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    PlanetQuake | Articles | Interviews | Big Fuzzy Focus: QPong
   

Big Fuzzy Focus: QPong
They've got big balls...
— by Pappy-R


 - click for full size image
Say hello to Mr. Grapple!

Pappy: What was the motivation behind the project? Was it just an idea you thought would be fun or is this to be part of a resume for a job in the game development biz?

BinaryC: Dave Wallin (Whitenoise) originally made QPong for Quake2 way back when Team Reaction was still a wee little sapling. That mod was arguably the best mod ever created, so we thought it would be only fitting to make a quake3 version. I never really thought of it as something to add to my resume, I just wanted to make something really fun. Now that I'm going to the Guildhall at SMU, I don't really need it as a resume builder.

Lifer!: It's something that we all thought would be fun to do. I remember playing the original Qpong when it won the PCGamer/Id Software Mod Contest. PCGamer had their server up and running, and it was a blast! Part of me was dying to relive some of those fun times playing it again on a newer engine.

Pappy: What have been the hardest goals to achieve to date, and do you have them licked or still on the drawing board?

Lifer!: I'd say getting the ball physics right was the hardest thing. So far, we have it licked pretty good.

BinaryC: The hardest part for me so far has been the physics. I had to pretty much code up the physics for the balls from scratch, as Quake3 doesn't really have anything like it built in. Then we had to tweak the masses of the balls and the coefficients of restitution, which was a fairly lengthy and painstaking process. The grapple hook was also kind of tough to tweak so it felt right.

Pappy: Was it difficult getting a team together, and are you still looking for help?

Lifer!: It's always difficult getting a team together. Fortunately, Team Reaction has been around for a long time, so we have a good team established. Still, it can be tough. Many of us have real life jobs or school, and modding is only a hobby for us. So it can be hard finding the time to work on a project.

As for help, we're always on the lookout for people with talent and the drive to go with it.

Mank: The most difficult thing that we've encountered is finding people who are willing to learn the new tools that are made available whenever a new game is released. It's taking longer and longer to create content with each successive game release, and as a result it's getting a lot more difficult finding people who are able to dedicate the amount of time needed to see a project thru to completion.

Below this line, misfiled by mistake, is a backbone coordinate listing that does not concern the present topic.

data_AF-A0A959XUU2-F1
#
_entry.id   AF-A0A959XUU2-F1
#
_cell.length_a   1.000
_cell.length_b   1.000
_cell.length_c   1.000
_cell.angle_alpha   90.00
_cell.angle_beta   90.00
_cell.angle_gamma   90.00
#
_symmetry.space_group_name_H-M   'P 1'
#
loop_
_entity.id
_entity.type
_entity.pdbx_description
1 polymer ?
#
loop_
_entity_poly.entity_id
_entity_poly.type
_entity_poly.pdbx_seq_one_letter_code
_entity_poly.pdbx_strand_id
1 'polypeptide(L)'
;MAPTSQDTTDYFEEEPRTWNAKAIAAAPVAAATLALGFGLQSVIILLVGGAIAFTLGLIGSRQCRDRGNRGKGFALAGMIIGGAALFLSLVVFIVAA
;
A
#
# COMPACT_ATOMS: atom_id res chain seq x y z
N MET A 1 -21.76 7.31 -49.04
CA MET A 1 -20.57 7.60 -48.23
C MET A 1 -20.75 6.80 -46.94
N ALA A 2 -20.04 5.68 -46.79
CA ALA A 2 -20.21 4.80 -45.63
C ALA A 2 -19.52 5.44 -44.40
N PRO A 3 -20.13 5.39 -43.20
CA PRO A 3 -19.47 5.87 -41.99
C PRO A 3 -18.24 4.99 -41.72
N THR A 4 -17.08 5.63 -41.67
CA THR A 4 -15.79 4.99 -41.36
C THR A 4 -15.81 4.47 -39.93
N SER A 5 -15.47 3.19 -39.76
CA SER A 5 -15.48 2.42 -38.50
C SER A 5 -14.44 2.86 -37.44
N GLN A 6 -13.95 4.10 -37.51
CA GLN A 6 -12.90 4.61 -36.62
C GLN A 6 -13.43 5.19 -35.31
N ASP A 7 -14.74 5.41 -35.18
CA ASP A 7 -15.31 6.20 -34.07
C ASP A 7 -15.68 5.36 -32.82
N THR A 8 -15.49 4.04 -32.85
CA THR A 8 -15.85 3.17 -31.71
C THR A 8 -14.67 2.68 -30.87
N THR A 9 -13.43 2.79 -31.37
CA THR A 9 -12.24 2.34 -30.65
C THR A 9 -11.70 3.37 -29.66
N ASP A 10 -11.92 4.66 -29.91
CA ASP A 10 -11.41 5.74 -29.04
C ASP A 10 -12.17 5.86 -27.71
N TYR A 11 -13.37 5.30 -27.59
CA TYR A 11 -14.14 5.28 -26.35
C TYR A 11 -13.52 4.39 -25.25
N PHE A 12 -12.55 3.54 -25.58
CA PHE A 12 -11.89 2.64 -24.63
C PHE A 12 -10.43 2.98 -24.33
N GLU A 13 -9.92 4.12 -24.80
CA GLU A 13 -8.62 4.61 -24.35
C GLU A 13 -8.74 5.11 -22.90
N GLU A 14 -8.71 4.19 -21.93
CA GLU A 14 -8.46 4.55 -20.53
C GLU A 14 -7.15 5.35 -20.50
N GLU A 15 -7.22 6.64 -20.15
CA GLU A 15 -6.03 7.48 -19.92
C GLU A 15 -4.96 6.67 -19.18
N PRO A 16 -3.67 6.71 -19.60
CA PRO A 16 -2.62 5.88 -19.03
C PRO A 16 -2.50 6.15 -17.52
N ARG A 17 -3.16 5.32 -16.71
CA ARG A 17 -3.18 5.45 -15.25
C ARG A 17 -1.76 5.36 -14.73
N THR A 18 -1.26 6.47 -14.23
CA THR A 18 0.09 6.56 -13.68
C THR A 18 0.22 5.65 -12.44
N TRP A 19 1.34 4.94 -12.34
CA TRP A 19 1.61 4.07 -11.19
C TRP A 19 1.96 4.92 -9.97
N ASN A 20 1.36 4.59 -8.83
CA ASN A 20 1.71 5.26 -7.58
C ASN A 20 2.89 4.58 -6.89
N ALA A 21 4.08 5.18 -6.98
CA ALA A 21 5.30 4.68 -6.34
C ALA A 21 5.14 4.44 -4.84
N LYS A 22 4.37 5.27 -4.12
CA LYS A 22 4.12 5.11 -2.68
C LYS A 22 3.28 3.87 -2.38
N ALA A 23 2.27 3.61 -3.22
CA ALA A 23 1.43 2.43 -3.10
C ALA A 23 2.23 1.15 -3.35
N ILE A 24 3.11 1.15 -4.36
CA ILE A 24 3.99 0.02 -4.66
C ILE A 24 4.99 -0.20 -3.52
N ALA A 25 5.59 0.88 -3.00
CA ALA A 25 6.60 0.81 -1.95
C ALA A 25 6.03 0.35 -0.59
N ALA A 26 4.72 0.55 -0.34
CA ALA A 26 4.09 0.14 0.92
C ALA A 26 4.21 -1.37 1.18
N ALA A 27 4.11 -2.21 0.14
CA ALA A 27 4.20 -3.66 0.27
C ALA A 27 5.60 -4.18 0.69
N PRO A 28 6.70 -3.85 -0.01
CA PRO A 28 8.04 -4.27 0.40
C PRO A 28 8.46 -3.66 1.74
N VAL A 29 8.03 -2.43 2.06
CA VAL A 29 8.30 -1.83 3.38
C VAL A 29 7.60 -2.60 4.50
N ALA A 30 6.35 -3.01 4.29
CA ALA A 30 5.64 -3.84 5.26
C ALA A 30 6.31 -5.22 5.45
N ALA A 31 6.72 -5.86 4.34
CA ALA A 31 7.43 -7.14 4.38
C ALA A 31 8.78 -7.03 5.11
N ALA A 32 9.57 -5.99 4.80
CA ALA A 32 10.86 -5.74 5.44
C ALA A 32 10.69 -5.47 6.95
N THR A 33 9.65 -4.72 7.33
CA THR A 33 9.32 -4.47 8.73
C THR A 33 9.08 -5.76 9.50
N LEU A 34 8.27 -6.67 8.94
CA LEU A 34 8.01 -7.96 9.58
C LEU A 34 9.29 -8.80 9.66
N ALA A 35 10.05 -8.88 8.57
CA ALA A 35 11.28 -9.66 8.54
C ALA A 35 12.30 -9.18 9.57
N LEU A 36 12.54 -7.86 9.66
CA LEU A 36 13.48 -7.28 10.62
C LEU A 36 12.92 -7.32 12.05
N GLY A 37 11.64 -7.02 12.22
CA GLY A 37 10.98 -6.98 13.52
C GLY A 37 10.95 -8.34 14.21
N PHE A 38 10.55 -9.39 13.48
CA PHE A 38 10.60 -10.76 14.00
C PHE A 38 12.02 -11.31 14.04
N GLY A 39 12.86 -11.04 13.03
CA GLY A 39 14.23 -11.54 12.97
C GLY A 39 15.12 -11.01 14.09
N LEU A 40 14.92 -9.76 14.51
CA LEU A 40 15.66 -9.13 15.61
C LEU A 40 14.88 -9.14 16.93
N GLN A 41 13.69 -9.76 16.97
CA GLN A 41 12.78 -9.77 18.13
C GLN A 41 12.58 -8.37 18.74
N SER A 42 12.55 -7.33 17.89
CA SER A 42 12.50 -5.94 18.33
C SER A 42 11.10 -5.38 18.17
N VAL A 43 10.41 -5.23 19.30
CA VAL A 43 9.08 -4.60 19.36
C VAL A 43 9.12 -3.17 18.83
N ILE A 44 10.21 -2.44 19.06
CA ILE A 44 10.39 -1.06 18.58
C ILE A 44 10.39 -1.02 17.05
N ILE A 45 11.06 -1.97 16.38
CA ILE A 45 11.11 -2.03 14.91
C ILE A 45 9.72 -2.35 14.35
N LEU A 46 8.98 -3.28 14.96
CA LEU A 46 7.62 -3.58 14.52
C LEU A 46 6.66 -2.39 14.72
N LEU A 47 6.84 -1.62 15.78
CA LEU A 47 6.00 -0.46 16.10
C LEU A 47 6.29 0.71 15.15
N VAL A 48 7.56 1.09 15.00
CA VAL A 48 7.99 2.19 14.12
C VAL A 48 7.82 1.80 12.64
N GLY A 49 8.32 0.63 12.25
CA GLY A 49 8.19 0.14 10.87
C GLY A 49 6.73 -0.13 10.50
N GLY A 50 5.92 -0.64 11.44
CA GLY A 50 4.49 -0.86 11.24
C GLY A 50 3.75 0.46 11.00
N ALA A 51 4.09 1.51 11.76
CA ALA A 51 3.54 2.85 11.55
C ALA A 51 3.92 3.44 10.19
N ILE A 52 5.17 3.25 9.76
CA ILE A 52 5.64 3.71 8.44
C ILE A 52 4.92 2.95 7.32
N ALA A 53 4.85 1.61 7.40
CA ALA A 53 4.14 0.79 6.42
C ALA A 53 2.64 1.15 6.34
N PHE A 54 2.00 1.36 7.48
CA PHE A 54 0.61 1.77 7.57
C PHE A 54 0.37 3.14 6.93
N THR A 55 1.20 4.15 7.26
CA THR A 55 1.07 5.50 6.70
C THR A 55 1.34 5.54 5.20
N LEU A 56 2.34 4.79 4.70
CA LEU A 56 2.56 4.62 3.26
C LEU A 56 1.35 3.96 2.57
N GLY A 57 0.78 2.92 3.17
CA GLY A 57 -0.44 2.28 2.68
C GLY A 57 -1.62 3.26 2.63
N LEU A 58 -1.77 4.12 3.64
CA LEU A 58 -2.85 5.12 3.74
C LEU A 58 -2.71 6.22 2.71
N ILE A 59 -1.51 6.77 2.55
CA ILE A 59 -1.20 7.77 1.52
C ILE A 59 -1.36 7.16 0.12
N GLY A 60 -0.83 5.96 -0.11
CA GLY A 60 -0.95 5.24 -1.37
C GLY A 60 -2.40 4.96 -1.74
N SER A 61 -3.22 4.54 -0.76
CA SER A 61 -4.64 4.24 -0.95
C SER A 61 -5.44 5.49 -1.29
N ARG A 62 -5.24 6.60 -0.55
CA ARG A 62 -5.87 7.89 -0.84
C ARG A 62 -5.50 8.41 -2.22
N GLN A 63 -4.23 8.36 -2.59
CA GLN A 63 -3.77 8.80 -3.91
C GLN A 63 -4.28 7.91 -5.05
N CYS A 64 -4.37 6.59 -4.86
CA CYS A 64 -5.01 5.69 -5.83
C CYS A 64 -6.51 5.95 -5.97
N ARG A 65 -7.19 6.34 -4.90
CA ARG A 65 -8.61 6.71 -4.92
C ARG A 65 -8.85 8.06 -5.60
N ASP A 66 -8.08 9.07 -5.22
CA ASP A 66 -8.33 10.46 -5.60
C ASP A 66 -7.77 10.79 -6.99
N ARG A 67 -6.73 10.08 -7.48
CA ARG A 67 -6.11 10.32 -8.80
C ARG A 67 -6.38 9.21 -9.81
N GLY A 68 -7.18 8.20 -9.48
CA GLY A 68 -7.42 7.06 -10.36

As for new talent -- we're well underway with developement of Q3Gloom, so we'll definately be keeping an eye out for people interested in contributing to that project.

Pappy: What do you think are the strongest points or features about your project that will attract players?

Jherax: The strongest quality of Q3Pong lies in the simplicity of its gameplay. We’ve managed to take everything that was fun about Q2 Pong and bring it to a new platform along with some new features that add fun to the game play. The grapple is a prime example of this -- it really helped to add a new and interesting twist to the game play.

Another strong point of this release is some of the designs that have been put into the release maps. Although they may not look as sharp as some of the other maps that have been released for the Quake 3 engine, they all provide for one hell of a fraggin’ good time.

Mank: I agree. In many regards this mod is as simplistic in its approach to gameplay as Jailbreak was, and based on the feedback that we've received during the Alpha and Beta stages, we've attacked this project on the premise that sometimes less means more.

Pappy: How open do you think you are to community suggestions, and have there been many?

BinaryC: The best suggestions that we get are actually from Quakecon where we can sit down with people and play it with them and hear their feedback. That's mostly how we tweaked out the parameters for the physics. One big thing that I changed at the suggestion of another developer was NiceAss gave me the player movement code from Reaction Quake 3, claiming that it is much better than the stock Quake3 movement code. I tend to agree.

Mank: The developement of this mod has been somewhat different than our previous releases, being that since we've never *officially* released it, we've had to rely on feedback from places like Quakecon and other LAN events, which has been a real plus during the development of the mod.

Pappy: Why did you choose the Quake 3 engine for your work?

BinaryC: The number one reason is because it's the engine we all know best. We had just finished doing Jailbreak for Quake3, and we had all worked on Quake2 mods before that, so it was a natural step.

Mank: What can I say? Since AlienQuake, and Doom even before that, Whitenoise chose Id's games because of their support and the kick ass nature of their games. And in that regard the cornerstone for Team Reaction's foundation was laid a long time ago. I dont see that changing anytime soon.

Pappy: If you could have anything you want happen with the project, what would that be?

Lifer!: I think the one thing I'd want is for people to have fun playing it, and enjoy it.

Mank: Since beta 1.666 was released at Qcon in 2001, Q3Pong has been a huge LAN party favorite all over the world, so we've already gotten back way more than we could have ever hoped for.

We can only hope that this release will be as well received.


Related Links:
  Team Reaction homepage
  Q3Pong homepage


Next: Ten glorious screenshots!

Have any questions or comments? Fire them off to our feedback mail.


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